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Japan Display faces uncertainty after 4th straight year of losses

South Korean and Chinese competition clouds future despite company restructuring

JDI Chairman and CEO Nobuhiro Higashiiriki is banking on structural changes to help return the company to profitability after years of disappointing results. (Photo by Keiichiro Sato)

TOKYO -- After a fourth straight year of losses, Japan Display is looking for ways to return to profitability in fiscal 2018. But sluggish demand for its smartphone displays and stiff competition from Chinese and South Korean rivals are hindering efforts, despite the company's major restructuring.

JDI, as the company is known, announced on May 15 that it had booked a record net loss of 247.2 billion yen ($2.24 billion) for the year ended March 2018 due to costs related to structural reforms and weak sales of its mainstay liquid crystal display panels.

Still, the company remains determined. "We'll transform our company into one that can generate profits through structural changes," Chairman and CEO Nobuhiro Higashiiriki said at a news conference on the day of the announcement, stressing the significance of the deficit.

The main factor for the disappointing results was 143.7 billion yen in reform expenses, including impairment losses on production facilities and stocks. Now, after four years of poor performance, JDI's net worth has fallen to 117 billion yen as of April, reducing its capital adequacy ratio to 17.8%.

A more serious problem is JDI's diminishing ability to generate cash. Sales have plunged after Apple -- its biggest client -- adopted organic light-emitting diode panels for the iPhone X released last autumn.

Operating cash flow, a measure of the cash generated by a company's core operations, was in the red for fiscal 2017, at negative 700 million yen. This contrasts with a positive cash flow of 112 billion yen in the preceding year. The inability to generate cash has forced JDI to seek outside funding.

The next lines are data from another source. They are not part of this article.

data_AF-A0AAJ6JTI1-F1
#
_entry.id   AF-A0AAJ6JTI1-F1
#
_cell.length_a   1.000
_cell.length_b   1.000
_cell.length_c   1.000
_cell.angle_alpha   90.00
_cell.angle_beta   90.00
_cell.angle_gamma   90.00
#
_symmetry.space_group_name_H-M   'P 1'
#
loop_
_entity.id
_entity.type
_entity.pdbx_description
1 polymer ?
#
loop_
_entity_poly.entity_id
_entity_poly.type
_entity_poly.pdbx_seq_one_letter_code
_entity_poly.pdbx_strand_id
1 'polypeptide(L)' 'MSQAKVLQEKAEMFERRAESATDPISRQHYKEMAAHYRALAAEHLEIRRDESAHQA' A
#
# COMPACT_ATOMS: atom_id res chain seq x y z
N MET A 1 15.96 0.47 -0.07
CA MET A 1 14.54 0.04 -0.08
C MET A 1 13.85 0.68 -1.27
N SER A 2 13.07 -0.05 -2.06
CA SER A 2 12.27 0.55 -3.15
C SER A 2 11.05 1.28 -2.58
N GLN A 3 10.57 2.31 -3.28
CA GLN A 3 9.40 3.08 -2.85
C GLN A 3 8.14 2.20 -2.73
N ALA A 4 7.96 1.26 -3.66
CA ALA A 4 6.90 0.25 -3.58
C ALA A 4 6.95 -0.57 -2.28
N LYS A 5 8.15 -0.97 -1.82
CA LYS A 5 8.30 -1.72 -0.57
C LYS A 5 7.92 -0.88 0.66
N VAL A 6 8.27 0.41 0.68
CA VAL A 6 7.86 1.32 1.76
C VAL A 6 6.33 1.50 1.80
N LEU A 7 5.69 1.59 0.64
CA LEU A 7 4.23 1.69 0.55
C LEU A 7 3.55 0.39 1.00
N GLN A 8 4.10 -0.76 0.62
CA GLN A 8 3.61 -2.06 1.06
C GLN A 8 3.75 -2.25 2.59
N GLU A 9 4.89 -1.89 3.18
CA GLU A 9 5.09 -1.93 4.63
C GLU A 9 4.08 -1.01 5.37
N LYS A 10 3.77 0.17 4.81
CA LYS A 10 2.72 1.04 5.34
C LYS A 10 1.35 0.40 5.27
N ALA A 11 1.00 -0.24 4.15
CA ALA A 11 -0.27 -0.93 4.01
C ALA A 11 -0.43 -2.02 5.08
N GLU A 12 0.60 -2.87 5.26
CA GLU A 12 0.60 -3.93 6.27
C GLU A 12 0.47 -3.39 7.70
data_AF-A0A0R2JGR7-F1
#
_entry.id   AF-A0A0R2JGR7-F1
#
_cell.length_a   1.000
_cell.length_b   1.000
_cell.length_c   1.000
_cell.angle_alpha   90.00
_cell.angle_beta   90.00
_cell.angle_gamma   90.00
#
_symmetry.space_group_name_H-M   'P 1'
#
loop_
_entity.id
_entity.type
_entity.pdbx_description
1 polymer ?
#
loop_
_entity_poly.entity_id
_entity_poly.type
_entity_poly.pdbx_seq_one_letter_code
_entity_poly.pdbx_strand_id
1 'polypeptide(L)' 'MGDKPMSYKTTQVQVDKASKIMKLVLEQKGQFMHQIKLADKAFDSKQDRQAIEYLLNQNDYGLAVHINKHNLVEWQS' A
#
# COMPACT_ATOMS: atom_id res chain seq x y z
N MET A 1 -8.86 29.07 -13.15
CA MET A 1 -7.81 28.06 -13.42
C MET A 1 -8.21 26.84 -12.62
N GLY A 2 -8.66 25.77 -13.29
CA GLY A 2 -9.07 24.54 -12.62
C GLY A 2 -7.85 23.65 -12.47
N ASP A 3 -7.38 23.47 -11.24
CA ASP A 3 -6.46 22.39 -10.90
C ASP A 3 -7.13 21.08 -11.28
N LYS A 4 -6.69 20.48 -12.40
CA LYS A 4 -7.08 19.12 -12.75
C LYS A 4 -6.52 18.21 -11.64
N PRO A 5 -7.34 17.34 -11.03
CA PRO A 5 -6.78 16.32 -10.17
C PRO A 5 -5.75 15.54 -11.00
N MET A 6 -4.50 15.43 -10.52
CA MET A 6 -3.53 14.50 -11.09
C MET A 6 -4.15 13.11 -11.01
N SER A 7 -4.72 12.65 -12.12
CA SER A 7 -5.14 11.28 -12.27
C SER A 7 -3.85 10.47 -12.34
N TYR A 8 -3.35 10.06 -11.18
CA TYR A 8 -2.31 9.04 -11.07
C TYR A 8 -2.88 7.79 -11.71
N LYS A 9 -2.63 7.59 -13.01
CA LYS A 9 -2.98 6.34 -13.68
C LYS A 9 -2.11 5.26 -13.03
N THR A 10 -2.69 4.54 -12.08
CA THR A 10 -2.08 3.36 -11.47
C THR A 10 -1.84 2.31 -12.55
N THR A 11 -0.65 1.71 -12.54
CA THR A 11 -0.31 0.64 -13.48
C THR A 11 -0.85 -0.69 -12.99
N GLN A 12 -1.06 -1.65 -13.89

For fiscal 2018, however, the company expects earnings to rebound as hopes mount for Apple's next-generation iPhone, scheduled to launch this autumn.

Hiroshi Hayase, senior director at British market research firm IHS Markit, speculates that "shipments of models with LCD screens are likely to surpass those with OLED screens."

This has fueled optimism, with company forecasts for 2018 showing sales up 10% to 20% on the year and operating margin hitting 2% to 3%. In particular, JDI predicts a "huge revenue growth in the second half," said Chief Financial Officer Takanobu Oshima.

Still, when or if JDI can regain its footing remains unclear. Sales of screens for Chinese mobile devices accounted for 11% of the company's total sales between January and March, down 18 percentage points from the same period a year earlier. The poor result was attributed to slowing demand in China's smartphone market and fierce competition from Chinese rivals, who have improved their technical expertise.

This hit JDI hard, as "panels for luxury smartphones in China deliver higher profit margins than those for Apple devices," said Yasuo Nakane of Mizuho Securities.

Another risk is the ongoing trade dispute between the U.S. and China. The U.S. Commerce Department has slapped a seven-year ban on Chinese telecom equipment maker ZTE  from doing business with American companies, forcing it to suspend smartphone sales. The ban could slash JDI sales by a few billions of yen, said Higashiiriki.

Moreover, if the U.S. decides to extend the ban to Huawei Technologies and other makers, JDI could see sales tumble further. 

In hopes of stopping the slide, the company announced on Tuesday that it was promoting Executive Vice President Yoshiyuki Tsukizaki to president. Current President Shuji Aruga will become a technical adviser.

JDI wants to reduce reliance on the smartphone market by increasing sales of its automotive display panels like the one shown here.

Under the new leadership, JDI will try to bolster sales of automotive display panels to reduce reliance on smartphones, the screens of which account for 80% of sales, tying company performance to the whims of the smartphone market. The automotive display panel market is expected to generate more stable revenue streams.

Tsukizaki was head of the company's automotive display division through March, playing a major role in negotiations with European automotive parts makers. He also helped drive automotive display panel sales past 100 billion yen for the first time in fiscal 2017.

JDI commands the world's biggest market share in that segment, according to IHS Markit.Challenges also lie ahead for the company's OLED panel business. JDI has been exploring capital partnerships with Chinese companies and other entities for production of the panels. But talks have dragged on past the March 2018 deadline. 

"We will make a decision on investments in mass-production with foreign partners based on careful assessments of the market, as well as demand for OLED panels," said Higashiiriki.

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